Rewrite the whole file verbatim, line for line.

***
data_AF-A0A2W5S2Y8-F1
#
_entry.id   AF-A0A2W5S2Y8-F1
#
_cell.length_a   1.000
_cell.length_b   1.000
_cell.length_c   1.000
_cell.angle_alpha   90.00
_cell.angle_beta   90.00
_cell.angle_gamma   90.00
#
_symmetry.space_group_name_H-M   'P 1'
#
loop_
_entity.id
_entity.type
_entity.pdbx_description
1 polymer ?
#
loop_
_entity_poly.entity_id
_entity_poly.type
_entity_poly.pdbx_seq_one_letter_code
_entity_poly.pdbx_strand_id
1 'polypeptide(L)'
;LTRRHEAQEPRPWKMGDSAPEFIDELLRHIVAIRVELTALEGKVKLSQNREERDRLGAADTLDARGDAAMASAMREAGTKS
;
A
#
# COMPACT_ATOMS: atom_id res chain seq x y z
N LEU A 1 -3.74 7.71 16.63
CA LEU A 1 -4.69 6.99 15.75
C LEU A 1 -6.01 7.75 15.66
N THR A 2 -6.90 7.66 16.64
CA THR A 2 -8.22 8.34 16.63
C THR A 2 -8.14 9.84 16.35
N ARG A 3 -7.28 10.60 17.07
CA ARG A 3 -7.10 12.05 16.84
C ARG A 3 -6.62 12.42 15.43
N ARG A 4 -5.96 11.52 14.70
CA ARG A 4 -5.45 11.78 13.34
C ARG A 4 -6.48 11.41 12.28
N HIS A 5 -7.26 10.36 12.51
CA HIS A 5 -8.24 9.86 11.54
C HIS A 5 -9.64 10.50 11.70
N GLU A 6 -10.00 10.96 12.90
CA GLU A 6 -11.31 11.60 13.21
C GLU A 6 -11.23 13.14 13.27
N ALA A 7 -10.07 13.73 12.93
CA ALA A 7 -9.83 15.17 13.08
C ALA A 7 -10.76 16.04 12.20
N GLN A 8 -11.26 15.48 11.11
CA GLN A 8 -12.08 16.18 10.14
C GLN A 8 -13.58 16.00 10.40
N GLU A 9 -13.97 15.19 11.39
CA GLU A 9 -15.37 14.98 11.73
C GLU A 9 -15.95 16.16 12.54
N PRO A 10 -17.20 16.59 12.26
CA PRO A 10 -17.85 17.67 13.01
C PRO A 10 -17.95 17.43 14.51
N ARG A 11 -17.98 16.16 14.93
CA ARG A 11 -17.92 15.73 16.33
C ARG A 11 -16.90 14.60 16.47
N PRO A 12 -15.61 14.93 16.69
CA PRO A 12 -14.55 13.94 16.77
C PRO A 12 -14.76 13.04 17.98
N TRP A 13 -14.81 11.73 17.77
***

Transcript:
data_AF-A0A2W5S2Y8-F1
#
_entry.id   AF-A0A2W5S2Y8-F1
#
_cell.length_a   1.000
_cell.length_b   1.000
_cell.length_c   1.000
_cell.angle_alpha   90.00
_cell.angle_beta   90.00
_cell.angle_gamma   90.00
#
_symmetry.space_group_name_H-M   'P 1'
#
loop_
_entity.id
_entity.type
_entity.pdbx_description
1 polymer ?
#
loop_
_entity_poly.entity_id
_entity_poly.type
_entity_poly.pdbx_seq_one_letter_code
_entity_poly.pdbx_strand_id
1 'polypeptide(L)'
;LTRRHEAQEPRPWKMGDSAPEFIDELLRHIVAIRVELTALEGKVKLSQNREERDRLGAADTLDARGDAAMASAMREAGTKS
;
A
#
# COMPACT_ATOMS: atom_id res chain seq x y z
N LEU A 1 -3.74 7.71 16.63
CA LEU A 1 -4.69 6.99 15.75
C LEU A 1 -6.01 7.75 15.66
N THR A 2 -6.90 7.66 16.64
CA THR A 2 -8.22 8.34 16.63
C THR A 2 -8.14 9.84 16.35
N ARG A 3 -7.28 10.60 17.07
CA ARG A 3 -7.10 12.05 16.84
C ARG A 3 -6.62 12.42 15.43
N ARG A 4 -5.96 11.52 14.70
CA ARG A 4 -5.45 11.78 13.34
C ARG A 4 -6.48 11.41 12.28
N HIS A 5 -7.26 10.36 12.51
CA HIS A 5 -8.24 9.86 11.54
C HIS A 5 -9.64 10.50 11.70
N GLU A 6 -10.00 10.96 12.90
CA GLU A 6 -11.31 11.60 13.21
C GLU A 6 -11.23 13.14 13.27
N ALA A 7 -10.07 13.73 12.93
CA ALA A 7 -9.83 15.17 13.08
C ALA A 7 -10.76 16.04 12.20
N GLN A 8 -11.26 15.48 11.11
CA GLN A 8 -12.08 16.18 10.14
C GLN A 8 -13.58 16.00 10.40
N GLU A 9 -13.97 15.19 11.39
CA GLU A 9 -15.37 14.98 11.73
C GLU A 9 -15.95 16.16 12.54
N PRO A 10 -17.20 16.59 12.26
CA PRO A 10 -17.85 17.67 13.01
C PRO A 10 -17.95 17.43 14.51
N ARG A 11 -17.98 16.16 14.93
CA ARG A 11 -17.92 15.73 16.33
C ARG A 11 -16.90 14.60 16.47
N PRO A 12 -15.61 14.93 16.69
CA PRO A 12 -14.55 13.94 16.77
C PRO A 12 -14.76 13.04 17.98
N TRP A 13 -14.81 11.73 17.77